“I scream, you scream, we all scream for ice cream.” This popular song hit the number three spot on the record charts in 1928, reflecting the passion that Americans have always had for this delicious frozen treat.
In 1984, President Ronald Reagan designated July as National Ice Cream Month and the third Sunday of the month as National Ice Cream Day. President Reagan recognized ice cream as a fun and nutritious food that is enjoyed by over 90 percent of the nation’s population.
The earliest written record of a frozen confection comes from ancient China. In Rome, Emperor Nero is said to have sent slaves up into the mountains to find snow and ice, which was then mixed with nectar, fruit pulp, and honey. Iced desserts were served in the wealthiest households and courts of Italy, England, France, and Spain.
Ice cream came to America from Europe. The first ice cream parlor opened in New York City in 1776. Dolly Madison, the wife of President James Madison, popularized ice cream in 1812 by serving a dessert of frozen cream, sugar and fruit at the White House. In 1843, a New Jersey homemaker named Nancy Johnson invented a hand-cranked ice cream churn. From 1847 to 1877, more than 70 churn improvements were patented.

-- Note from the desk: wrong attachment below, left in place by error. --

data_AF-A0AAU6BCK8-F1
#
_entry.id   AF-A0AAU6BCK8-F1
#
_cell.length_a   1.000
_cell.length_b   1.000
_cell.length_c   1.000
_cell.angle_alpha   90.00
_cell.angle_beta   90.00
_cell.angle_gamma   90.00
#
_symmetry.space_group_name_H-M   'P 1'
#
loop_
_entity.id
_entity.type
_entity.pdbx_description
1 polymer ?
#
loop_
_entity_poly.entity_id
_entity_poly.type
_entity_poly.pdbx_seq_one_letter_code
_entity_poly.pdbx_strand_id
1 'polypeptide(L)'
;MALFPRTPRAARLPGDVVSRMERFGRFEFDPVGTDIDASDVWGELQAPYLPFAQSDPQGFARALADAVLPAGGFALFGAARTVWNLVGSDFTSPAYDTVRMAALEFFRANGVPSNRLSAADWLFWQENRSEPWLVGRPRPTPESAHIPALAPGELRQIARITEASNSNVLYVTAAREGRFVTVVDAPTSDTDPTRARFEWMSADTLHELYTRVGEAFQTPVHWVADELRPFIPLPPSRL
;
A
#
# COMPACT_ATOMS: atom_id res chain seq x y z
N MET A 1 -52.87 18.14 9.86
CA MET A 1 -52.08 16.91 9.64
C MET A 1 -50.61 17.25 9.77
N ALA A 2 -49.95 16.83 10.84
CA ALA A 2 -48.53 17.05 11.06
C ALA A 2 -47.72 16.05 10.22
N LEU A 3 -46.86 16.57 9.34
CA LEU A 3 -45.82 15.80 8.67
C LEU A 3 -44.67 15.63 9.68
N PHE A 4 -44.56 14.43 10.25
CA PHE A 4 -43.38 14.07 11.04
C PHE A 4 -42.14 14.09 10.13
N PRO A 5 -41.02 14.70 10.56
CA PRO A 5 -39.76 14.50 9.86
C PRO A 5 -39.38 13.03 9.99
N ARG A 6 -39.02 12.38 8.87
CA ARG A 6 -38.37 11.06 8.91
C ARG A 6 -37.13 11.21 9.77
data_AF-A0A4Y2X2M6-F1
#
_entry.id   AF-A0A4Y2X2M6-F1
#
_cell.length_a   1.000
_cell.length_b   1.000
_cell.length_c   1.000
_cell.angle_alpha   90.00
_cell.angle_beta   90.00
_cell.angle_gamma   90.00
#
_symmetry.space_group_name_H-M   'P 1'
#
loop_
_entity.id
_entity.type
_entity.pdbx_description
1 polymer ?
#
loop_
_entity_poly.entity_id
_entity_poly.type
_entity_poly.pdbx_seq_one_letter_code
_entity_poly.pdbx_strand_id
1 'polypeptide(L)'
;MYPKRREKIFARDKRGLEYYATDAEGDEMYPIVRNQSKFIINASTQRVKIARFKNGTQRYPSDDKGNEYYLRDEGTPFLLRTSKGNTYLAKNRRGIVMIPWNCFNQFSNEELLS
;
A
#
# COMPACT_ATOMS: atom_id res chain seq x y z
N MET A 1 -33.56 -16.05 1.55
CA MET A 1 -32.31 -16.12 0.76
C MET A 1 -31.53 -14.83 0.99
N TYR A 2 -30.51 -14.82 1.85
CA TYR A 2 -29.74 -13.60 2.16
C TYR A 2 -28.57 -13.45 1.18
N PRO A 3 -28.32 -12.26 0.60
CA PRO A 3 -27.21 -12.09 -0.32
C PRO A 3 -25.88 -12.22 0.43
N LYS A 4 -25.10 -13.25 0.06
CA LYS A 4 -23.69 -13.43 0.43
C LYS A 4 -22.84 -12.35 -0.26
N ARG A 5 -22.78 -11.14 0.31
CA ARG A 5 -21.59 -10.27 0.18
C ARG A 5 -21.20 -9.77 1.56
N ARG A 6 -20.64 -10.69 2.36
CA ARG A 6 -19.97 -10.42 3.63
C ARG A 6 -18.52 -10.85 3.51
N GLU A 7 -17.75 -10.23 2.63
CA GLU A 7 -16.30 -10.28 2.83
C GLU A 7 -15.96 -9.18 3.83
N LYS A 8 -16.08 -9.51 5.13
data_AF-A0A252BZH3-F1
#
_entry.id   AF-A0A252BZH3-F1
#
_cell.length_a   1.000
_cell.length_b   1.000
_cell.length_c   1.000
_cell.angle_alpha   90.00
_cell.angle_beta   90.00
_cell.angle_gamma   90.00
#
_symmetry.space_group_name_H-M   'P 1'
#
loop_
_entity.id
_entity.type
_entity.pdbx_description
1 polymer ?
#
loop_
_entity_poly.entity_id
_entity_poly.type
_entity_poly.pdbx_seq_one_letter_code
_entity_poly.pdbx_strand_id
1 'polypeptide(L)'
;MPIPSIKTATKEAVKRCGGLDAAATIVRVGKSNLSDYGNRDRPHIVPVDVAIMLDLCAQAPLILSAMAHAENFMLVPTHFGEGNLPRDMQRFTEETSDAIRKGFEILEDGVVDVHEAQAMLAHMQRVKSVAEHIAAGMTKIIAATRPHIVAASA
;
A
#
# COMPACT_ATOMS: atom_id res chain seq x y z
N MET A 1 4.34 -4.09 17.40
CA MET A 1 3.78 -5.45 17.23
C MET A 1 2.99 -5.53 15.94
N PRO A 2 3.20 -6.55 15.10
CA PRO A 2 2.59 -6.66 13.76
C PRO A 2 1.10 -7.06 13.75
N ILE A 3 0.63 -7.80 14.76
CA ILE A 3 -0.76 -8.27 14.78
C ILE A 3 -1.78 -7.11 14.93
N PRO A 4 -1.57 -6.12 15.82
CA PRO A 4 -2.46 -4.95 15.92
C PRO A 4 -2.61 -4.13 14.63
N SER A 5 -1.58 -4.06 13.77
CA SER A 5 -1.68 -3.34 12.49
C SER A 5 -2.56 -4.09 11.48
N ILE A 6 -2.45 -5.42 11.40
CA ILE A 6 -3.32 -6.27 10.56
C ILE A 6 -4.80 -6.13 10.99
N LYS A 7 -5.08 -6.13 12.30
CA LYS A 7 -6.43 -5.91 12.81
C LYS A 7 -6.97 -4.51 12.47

In 1851, the first commercial ice cream plant opened in Baltimore, run by Jacob Fussell of Virginia. Fussell is now known as the father of the American ice cream industry. He used ice chips and an underground storage area to keep his ice cream cool and fresh. Beginning in the early 1900’s, dry ice was used to keep ice cream cold.
As electricity began to spread across the country, the electric ice cream maker was invented in the early 1900s. With the introduction of mechanical refrigeration, developed by Clarence Vogt in 1926, the treat became easily distributable and profitable. The continuous freezer and later versions produced by other manufacturers, allowed ice cream to be mass-produced.
The ice cream shop or soda fountain has since become an icon of American culture. Most of us have fond memories of eating ice cream at special occasions such as birthday parties, ice cream socials, or at the old-fashioned ice cream parlor. By the end of the 20th century, many brands and flavors of ice cream were being marketed on a large scale in supermarkets and franchised parlors.
Even with all of the prepackaged ice cream varieties sold these days, homemade ice cream has not lost any of its appeal. Hand-cranked and electric ice cream mixers make homemade ice cream a fun project for the whole family. Thanks to this infographic from Chef Works, you don’t even need an ice cream machine to make your own!